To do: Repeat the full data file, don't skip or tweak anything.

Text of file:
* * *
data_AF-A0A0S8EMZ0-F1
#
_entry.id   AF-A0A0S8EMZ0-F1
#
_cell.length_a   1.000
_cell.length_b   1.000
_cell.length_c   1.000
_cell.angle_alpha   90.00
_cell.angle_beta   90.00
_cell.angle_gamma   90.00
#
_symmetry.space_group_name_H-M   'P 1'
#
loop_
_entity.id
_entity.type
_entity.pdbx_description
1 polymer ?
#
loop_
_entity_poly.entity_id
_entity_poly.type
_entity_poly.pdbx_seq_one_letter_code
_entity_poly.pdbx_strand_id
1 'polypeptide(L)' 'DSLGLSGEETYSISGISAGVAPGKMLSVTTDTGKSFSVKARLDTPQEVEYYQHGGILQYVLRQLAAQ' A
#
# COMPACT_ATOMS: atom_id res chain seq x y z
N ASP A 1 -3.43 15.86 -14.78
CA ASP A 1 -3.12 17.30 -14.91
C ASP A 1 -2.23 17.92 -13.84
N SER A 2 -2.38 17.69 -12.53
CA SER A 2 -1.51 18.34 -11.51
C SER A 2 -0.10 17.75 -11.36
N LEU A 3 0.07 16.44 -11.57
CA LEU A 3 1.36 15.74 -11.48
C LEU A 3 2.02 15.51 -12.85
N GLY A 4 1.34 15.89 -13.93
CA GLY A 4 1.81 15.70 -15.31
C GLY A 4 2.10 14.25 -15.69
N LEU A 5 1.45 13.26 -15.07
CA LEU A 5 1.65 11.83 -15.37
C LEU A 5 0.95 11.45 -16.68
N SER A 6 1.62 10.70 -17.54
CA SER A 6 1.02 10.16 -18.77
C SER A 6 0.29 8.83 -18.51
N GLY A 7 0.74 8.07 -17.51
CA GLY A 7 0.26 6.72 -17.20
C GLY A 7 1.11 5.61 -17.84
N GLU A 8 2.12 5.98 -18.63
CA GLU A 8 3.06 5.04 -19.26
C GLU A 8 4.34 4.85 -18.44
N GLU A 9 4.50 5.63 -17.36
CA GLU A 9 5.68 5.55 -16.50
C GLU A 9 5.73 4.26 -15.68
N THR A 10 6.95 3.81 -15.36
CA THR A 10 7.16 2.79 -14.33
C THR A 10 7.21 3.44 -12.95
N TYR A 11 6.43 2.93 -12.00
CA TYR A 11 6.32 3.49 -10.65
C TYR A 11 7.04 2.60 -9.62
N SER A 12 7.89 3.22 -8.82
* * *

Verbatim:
data_AF-A0A0S8EMZ0-F1
#
_entry.id   AF-A0A0S8EMZ0-F1
#
_cell.length_a   1.000
_cell.length_b   1.000
_cell.length_c   1.000
_cell.angle_alpha   90.00
_cell.angle_beta   90.00
_cell.angle_gamma   90.00
#
_symmetry.space_group_name_H-M   'P 1'
#
loop_
_entity.id
_entity.type
_entity.pdbx_description
1 polymer ?
#
loop_
_entity_poly.entity_id
_entity_poly.type
_entity_poly.pdbx_seq_one_letter_code
_entity_poly.pdbx_strand_id
1 'polypeptide(L)' 'DSLGLSGEETYSISGISAGVAPGKMLSVTTDTGKSFSVKARLDTPQEVEYYQHGGILQYVLRQLAAQ' A
#
# COMPACT_ATOMS: atom_id res chain seq x y z
N ASP A 1 -3.43 15.86 -14.78
CA ASP A 1 -3.12 17.30 -14.91
C ASP A 1 -2.23 17.92 -13.84
N SER A 2 -2.38 17.69 -12.53
CA SER A 2 -1.51 18.34 -11.51
C SER A 2 -0.10 17.75 -11.36
N LEU A 3 0.07 16.44 -11.57
CA LEU A 3 1.36 15.74 -11.48
C LEU A 3 2.02 15.51 -12.85
N GLY A 4 1.34 15.89 -13.93
CA GLY A 4 1.81 15.70 -15.31
C GLY A 4 2.10 14.25 -15.69
N LEU A 5 1.45 13.26 -15.07
CA LEU A 5 1.65 11.83 -15.37
C LEU A 5 0.95 11.45 -16.68
N SER A 6 1.62 10.70 -17.54
CA SER A 6 1.02 10.16 -18.77
C SER A 6 0.29 8.83 -18.51
N GLY A 7 0.74 8.07 -17.51
CA GLY A 7 0.26 6.72 -17.20
C GLY A 7 1.11 5.61 -17.84
N GLU A 8 2.12 5.98 -18.63
CA GLU A 8 3.06 5.04 -19.26
C GLU A 8 4.34 4.85 -18.44
N GLU A 9 4.50 5.63 -17.36
CA GLU A 9 5.68 5.55 -16.50
C GLU A 9 5.73 4.26 -15.68
N THR A 10 6.95 3.81 -15.36
CA THR A 10 7.16 2.79 -14.33
C THR A 10 7.21 3.44 -12.95
N TYR A 11 6.43 2.93 -12.00
CA TYR A 11 6.32 3.49 -10.65
C TYR A 11 7.04 2.60 -9.62
N SER A 12 7.89 3.22 -8.82